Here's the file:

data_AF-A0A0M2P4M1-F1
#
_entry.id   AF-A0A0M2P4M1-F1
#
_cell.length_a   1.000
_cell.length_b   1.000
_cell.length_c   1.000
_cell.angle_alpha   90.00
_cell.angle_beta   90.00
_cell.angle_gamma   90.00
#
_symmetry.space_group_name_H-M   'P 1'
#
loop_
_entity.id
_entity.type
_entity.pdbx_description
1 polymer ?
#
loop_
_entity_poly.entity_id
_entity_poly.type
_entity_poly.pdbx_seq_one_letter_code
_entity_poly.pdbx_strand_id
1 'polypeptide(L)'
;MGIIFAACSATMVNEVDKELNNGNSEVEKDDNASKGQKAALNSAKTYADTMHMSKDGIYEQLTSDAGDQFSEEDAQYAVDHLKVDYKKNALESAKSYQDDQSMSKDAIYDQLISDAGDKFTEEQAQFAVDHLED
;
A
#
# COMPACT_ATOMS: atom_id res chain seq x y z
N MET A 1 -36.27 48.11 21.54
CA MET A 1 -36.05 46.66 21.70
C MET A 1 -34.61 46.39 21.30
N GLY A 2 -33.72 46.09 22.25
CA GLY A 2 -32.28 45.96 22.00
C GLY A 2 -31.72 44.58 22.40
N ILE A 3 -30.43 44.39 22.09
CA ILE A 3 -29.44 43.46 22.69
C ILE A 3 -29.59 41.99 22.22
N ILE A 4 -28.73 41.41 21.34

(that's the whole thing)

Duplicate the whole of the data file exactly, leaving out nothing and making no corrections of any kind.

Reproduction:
data_AF-A0A0M2P4M1-F1
#
_entry.id   AF-A0A0M2P4M1-F1
#
_cell.length_a   1.000
_cell.length_b   1.000
_cell.length_c   1.000
_cell.angle_alpha   90.00
_cell.angle_beta   90.00
_cell.angle_gamma   90.00
#
_symmetry.space_group_name_H-M   'P 1'
#
loop_
_entity.id
_entity.type
_entity.pdbx_description
1 polymer ?
#
loop_
_entity_poly.entity_id
_entity_poly.type
_entity_poly.pdbx_seq_one_letter_code
_entity_poly.pdbx_strand_id
1 'polypeptide(L)'
;MGIIFAACSATMVNEVDKELNNGNSEVEKDDNASKGQKAALNSAKTYADTMHMSKDGIYEQLTSDAGDQFSEEDAQYAVDHLKVDYKKNALESAKSYQDDQSMSKDAIYDQLISDAGDKFTEEQAQFAVDHLED
;
A
#
# COMPACT_ATOMS: atom_id res chain seq x y z
N MET A 1 -36.27 48.11 21.54
CA MET A 1 -36.05 46.66 21.70
C MET A 1 -34.61 46.39 21.30
N GLY A 2 -33.72 46.09 22.25
CA GLY A 2 -32.28 45.96 22.00
C GLY A 2 -31.72 44.58 22.40
N ILE A 3 -30.43 44.39 22.09
CA ILE A 3 -29.44 43.46 22.69
C ILE A 3 -29.59 41.99 22.22
N ILE A 4 -28.73 41.41 21.34